The second side opens with an easy-going blues, this time from Brubeck’s “Real Ambassadors” project and originally sung by Carmen McRae on another Brubeck album. “He Done Her Wrong” is probably the most gimicky thing Brubeck ever recorded, and Desmond plays a perfunctory solo to match. It’s a fun little tune all the same and just another example of how adventurous Brubeck got on this album. The next tune, “Lonesome”, is another ballad but with an interesting melody line and song structure. Brubeck gets a great solo in with some muscular piano.
It’s the last song, however, that gets all the honors, accolades, and awards. It may be the most un-Brubeckian tune on the album, yet it’s fully Brubeckian at the same time. How sway? The song sounds more like something a hard-bop group like Art Blakey or Horace Silver would play, not a tune that would come from the pen of Dave Brubeck. At the same time, the tune features the most rhythmically complex time signatures on the entire album. When the song starts, it sounds like Brubeck is in 3/4 but then the group jumps into a fleet 4/4 as they play the catchy theme. At the bridge, the group goes into what feels like a leisurely waltz again, but it’s still a quick 4 as evidenced by Morello’s brushing on the drums. Brubeck described it as “2 or 4 against 3-almost”, a cheeky description about what’s going on. It’s an interesting tune, and one wishes the guys spent more than a single chorus each soloing over it. Brubeck’s solo is streamlined and light (and brief). Morello gets some eights in before Brubeck takes the tune out with the catchy melody and coda.
Brubeck rarely revisited the material on this album outside the studio, with “Forty Days” becoming the sole ‘standard’ in Brubeck’s book during the rest of the quartet’s career. Released in 1966, Time In was Brubeck’s final ‘Time’-themed album, but was a fitting final album in that series. It displayed how far the group had come and how much Brubeck’s composing had developed. “Cassandra” alone makes this album better than Time Out.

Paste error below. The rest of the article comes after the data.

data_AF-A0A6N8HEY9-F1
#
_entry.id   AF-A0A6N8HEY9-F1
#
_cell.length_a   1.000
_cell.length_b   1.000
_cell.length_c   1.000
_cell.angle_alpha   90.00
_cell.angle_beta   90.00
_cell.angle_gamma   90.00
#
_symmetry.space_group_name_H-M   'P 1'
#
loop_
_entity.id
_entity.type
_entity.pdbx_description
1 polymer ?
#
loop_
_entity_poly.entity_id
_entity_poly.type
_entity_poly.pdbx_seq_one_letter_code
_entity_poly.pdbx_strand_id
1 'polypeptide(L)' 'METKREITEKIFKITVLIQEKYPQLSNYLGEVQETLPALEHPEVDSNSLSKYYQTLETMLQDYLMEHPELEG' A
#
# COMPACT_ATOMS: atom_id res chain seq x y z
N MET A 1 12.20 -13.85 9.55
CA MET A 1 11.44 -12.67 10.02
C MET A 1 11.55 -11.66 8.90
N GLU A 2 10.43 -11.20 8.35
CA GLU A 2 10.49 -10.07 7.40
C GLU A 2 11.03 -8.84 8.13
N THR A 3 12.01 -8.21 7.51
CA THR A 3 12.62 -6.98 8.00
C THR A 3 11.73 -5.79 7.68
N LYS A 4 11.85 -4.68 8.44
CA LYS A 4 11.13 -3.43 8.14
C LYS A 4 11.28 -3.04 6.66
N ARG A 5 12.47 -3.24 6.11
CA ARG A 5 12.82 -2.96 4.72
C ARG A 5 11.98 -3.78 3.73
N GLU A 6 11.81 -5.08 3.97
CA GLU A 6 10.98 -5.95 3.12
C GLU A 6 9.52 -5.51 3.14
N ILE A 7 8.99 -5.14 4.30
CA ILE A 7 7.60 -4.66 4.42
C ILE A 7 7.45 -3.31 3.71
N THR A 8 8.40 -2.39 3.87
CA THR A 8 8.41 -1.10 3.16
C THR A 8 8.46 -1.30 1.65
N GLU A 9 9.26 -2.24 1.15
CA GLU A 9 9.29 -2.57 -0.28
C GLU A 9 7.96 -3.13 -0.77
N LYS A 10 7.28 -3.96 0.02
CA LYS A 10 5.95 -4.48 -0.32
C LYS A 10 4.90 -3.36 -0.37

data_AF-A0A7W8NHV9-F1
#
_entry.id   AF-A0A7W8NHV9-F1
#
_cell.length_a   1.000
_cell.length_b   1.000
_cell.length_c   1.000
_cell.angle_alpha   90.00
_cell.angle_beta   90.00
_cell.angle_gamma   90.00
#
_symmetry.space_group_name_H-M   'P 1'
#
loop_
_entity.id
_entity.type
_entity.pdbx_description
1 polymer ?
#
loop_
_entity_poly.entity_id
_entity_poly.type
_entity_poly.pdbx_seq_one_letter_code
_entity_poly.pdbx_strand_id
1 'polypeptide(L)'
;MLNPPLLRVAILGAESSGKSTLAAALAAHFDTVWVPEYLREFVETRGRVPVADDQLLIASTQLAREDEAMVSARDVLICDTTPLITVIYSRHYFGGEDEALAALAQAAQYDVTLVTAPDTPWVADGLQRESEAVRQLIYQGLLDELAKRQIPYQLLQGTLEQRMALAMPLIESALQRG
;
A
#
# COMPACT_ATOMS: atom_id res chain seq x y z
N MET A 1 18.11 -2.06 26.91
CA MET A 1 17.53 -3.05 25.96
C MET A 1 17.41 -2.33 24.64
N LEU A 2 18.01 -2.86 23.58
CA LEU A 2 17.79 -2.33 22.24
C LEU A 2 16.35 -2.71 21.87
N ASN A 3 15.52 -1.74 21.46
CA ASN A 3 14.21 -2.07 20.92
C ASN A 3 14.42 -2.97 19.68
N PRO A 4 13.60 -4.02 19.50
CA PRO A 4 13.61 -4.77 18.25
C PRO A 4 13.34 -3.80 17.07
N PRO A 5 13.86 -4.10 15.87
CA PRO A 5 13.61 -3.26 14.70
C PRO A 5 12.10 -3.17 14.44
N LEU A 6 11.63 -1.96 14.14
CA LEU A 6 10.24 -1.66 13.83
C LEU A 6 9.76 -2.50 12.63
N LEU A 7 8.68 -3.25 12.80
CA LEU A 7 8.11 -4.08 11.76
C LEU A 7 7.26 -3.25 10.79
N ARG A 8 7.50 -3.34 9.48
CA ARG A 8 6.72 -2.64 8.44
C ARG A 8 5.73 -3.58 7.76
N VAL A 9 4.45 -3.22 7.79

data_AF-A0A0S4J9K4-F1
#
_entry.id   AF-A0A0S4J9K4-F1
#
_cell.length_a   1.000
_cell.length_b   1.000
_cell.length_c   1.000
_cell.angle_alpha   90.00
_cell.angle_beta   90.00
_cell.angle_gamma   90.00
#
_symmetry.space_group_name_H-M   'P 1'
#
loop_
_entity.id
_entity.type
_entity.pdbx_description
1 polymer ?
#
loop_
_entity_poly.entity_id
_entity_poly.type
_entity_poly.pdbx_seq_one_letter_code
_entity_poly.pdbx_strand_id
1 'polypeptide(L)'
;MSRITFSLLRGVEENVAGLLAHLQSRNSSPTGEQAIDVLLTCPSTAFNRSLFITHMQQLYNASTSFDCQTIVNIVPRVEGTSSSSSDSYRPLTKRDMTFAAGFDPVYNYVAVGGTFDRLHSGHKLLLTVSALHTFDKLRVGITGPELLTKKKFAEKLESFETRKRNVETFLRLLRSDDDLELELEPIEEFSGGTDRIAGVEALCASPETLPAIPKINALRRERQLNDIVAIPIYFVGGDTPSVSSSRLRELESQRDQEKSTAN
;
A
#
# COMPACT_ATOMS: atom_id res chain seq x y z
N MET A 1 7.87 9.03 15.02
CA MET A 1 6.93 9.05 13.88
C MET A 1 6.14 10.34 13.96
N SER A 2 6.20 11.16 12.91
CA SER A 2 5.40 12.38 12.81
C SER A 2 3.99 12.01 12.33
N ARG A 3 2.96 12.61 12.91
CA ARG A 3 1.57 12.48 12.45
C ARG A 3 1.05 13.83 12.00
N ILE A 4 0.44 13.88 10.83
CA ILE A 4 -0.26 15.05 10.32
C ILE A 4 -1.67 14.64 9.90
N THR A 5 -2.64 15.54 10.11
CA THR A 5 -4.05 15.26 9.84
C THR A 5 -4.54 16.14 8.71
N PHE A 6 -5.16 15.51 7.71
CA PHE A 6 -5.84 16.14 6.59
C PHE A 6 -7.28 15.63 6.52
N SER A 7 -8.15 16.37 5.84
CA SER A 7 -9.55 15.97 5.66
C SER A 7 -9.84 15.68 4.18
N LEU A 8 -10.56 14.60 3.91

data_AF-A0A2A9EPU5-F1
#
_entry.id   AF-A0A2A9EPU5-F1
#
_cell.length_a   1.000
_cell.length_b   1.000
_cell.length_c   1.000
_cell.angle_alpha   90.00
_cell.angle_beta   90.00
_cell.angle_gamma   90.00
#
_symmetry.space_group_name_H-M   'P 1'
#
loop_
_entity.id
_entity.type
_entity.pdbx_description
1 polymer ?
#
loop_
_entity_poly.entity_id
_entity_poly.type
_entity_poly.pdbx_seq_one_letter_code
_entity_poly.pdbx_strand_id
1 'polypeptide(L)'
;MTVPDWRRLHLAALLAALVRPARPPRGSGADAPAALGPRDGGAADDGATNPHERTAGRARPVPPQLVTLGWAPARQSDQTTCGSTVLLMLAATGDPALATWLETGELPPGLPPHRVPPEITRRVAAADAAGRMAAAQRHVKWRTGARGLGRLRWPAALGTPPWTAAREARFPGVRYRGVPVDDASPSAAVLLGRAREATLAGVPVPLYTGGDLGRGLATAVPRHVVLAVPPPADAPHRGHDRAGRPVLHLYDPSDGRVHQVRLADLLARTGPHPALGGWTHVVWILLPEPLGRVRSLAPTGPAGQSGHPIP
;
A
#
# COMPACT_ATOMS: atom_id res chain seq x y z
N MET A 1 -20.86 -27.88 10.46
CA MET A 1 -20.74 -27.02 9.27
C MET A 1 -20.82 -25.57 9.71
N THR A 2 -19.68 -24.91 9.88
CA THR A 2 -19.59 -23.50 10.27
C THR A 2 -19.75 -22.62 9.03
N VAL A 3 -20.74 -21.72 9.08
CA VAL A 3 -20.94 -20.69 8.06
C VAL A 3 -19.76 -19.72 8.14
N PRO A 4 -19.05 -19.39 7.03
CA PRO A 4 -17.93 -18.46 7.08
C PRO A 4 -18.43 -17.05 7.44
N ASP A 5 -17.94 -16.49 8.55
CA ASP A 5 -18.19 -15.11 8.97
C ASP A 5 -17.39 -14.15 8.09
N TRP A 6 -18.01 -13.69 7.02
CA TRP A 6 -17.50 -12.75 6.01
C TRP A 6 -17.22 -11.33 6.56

There isn’t much to say about the cover art. It’s merely adequate. It isn’t bad, it isn’t stellar. They usually threw modern art on the covers of Brubeck’s ‘Time’-themed albums. I’m no art connoisseur but I’m pretty sure that this is not a modern art painting. Correct me if I’m wrong. It’s an aesthetically-pleasing cover just the same, with pleasant colors, font choice, and title placement. Merely adequate.
This album was released as a sort of 15th anniversary tribute album by Columbia, celebrating the Dave Brubeck Quartet’s 1951-1966 run. In celebration of the event, Columbia tried to get different jazz critics/writers/luminaries to say something about each tune on the album. Emphasis on “tried”. Most did. Some didn’t even bother. For instance, George Wein, of Newport Jazz Festival fame, stated outright that “[t]he tune I have been asked to comment on, “Lonesome”, you can judge for yourself by listening.” Other people tapped to contribute to the liner notes include Jimmy Lyons (“about the oldest Brubeck fan extant”), Ralph Gleason (with the slightly back-handed compliment), Leonard Feather (who wrote the absolutely scathing review of ‘Time Out’ in ‘Down Beat’) and Goddard Lieberson (president of Columbia Records and person responsible for putting ‘Time Out’ out despite resistance from within his own ranks). I’m sure all the lovely things people said had Brubeck and his group blushing.